Thursday, April 1st, 2010
Donations down, demand up at largest food pantry in Mercer County
By Shelley Grieshop
CALL Food Pantry in Celina just completed a move from Main Street to 240 N. Bran. . .
CELINA - Donations have begun to dwindle again at the largest food pantry in Mercer County but demand continues to increase.
CALL Food Pantry Director Tim Clutter said food and cash donations have dropped drastically the last month.
"Fortunately, people were very generous in December and January and I'm hoping that helps carry us through April," he said.
The food pantry recently moved from Main Street to 240 N. Brandon St., Suite B, in Celina. It served a record number of families in November - 890, up about 20 percent from the year before. Numbers haven't dropped much since. Clutter estimated food was distributed to at least 700 families in March, although final tallies weren't available.
The need for food donations is statewide, as unemployment remains high. A recently-released report from the Ohio Association of Second Harvest Foodbanks showed the organization served more than 1.4 million people in 2009 - 18 percent more than three years earlier. In some cases, food pantries and soup kitchens are turning people away when they can't meet the demand.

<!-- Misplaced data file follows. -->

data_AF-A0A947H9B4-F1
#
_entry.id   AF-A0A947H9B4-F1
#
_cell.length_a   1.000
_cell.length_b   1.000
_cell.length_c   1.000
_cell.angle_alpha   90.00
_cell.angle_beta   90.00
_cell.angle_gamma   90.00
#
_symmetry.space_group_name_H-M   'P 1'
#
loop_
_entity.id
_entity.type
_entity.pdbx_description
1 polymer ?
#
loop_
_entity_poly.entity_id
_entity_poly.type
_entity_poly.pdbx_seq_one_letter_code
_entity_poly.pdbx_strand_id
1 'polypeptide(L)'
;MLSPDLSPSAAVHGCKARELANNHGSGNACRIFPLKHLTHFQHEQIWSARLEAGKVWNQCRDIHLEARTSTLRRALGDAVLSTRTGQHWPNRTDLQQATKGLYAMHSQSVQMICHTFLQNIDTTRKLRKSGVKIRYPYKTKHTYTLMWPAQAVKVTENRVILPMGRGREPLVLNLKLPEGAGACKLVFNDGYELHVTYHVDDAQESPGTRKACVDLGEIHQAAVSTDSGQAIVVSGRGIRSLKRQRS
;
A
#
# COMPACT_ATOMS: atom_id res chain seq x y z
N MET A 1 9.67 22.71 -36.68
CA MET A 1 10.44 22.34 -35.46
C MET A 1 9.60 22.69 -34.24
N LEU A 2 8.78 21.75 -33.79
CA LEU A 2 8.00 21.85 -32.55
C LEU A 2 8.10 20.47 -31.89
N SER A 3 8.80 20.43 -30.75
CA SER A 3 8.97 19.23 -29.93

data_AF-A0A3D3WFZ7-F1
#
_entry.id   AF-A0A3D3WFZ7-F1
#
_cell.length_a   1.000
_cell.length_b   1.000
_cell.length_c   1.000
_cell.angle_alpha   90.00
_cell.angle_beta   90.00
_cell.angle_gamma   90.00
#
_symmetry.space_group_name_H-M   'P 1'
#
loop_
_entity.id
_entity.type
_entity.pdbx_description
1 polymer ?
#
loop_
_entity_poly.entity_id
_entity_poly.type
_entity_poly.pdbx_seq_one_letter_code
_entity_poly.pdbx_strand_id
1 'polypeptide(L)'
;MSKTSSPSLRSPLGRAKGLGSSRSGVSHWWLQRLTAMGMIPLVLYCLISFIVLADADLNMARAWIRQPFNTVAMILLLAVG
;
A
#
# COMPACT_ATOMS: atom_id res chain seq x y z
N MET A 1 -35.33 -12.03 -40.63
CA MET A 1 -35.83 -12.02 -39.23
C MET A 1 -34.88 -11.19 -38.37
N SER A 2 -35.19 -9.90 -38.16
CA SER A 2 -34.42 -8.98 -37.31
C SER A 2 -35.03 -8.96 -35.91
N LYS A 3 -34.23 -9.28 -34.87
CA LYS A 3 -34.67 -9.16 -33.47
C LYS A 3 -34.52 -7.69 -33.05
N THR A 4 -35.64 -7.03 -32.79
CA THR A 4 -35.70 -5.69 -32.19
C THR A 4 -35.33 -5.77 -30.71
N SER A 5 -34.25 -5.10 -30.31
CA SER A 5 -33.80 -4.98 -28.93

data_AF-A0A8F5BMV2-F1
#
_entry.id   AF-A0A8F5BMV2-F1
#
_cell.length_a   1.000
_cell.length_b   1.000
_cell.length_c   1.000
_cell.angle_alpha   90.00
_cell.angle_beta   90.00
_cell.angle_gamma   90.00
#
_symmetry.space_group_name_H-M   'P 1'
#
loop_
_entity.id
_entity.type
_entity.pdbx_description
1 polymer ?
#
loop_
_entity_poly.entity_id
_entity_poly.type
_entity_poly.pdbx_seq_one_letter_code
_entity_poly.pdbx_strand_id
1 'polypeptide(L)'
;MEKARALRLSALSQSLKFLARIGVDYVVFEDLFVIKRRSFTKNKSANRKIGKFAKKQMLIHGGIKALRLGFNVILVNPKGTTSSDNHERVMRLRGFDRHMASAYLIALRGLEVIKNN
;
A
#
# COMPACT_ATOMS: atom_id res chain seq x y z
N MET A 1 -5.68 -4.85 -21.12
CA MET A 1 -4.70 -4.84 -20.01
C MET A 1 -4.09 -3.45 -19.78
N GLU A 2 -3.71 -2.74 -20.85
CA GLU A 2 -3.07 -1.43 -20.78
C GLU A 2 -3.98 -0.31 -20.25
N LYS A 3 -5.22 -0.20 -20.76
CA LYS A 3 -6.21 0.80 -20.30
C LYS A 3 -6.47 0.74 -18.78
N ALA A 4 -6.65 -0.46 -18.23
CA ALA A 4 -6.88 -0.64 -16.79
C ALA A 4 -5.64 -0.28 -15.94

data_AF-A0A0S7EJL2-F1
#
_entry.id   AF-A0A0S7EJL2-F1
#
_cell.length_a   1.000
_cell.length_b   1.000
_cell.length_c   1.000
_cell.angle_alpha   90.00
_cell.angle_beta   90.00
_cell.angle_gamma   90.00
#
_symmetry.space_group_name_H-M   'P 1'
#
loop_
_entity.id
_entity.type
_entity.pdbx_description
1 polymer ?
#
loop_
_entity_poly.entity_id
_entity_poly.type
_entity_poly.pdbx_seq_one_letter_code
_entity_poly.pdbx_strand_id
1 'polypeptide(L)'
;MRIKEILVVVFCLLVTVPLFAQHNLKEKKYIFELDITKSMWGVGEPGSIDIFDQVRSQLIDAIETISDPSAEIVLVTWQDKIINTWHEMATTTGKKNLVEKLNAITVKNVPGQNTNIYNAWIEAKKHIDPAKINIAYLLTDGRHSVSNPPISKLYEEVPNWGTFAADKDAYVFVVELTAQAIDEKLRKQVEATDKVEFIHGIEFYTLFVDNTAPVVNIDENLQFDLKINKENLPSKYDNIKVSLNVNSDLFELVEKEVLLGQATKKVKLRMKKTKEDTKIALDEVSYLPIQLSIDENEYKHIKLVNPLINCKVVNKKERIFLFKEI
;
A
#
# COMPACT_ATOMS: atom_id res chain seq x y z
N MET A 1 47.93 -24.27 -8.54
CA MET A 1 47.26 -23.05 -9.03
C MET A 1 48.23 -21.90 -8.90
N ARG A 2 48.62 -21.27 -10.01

Clutter said no one has been turned away at CALL, but shelves often are somewhat bare.
"I learned from the start . . . we need to have a steady supply of peanut butter, soup, meat and eggs . . . staple items," he said.
Staff distributed food to 103 families on opening day, March 19.
"In the first hour and 15 minutes we served 37 families," Clutter added.
During that first week, 263 families left with food to put on their tables.
Clutter and the board that governs the food pantry predicted that client numbers would rise 15 to 20 percent at the new location - and they were right.
"We had about 25 new families sign up since we opened here," Clutter said.
They believe the increase is due to the more discreet location. Entering a food pantry on Main Street - a very visible location - was embarrassing for many people, Clutter explained.
"It's a very, very humbling experience to come to a food pantry for help. People really have a hard time overcoming their pride," he said.
At the Brandon Avenue location clients enter from behind the business where the parking lot is hidden, he said.
The new building provides 40 percent more room than the downtown building at the same lease cost, Clutter said. The facility also is home to Sources Community Network Services, an organization that provides numerous services to income-eligible individuals and families.
Sources staff now helps check in and validate food pantry clients so CALL volunteers can focus their efforts on filling shelves and helping people find what they need, Clutter said.
Clutter would like to see a church or other organization come forward to provide meals to children during the summer months. He also envisions a 6-day a week free meal program offered locally for those families struggling to make ends meet.
"The (Celina) Ministerial Association has talked about this for sometime now," he said. "We've been so busy here . . . I know there's a need."
Call Food Pantry:
• Hours: 9 a.m.-4 p.m. Mondays, Wednesdays and Fridays.
• Location: 240 N. Brandon St., Suite B, Celina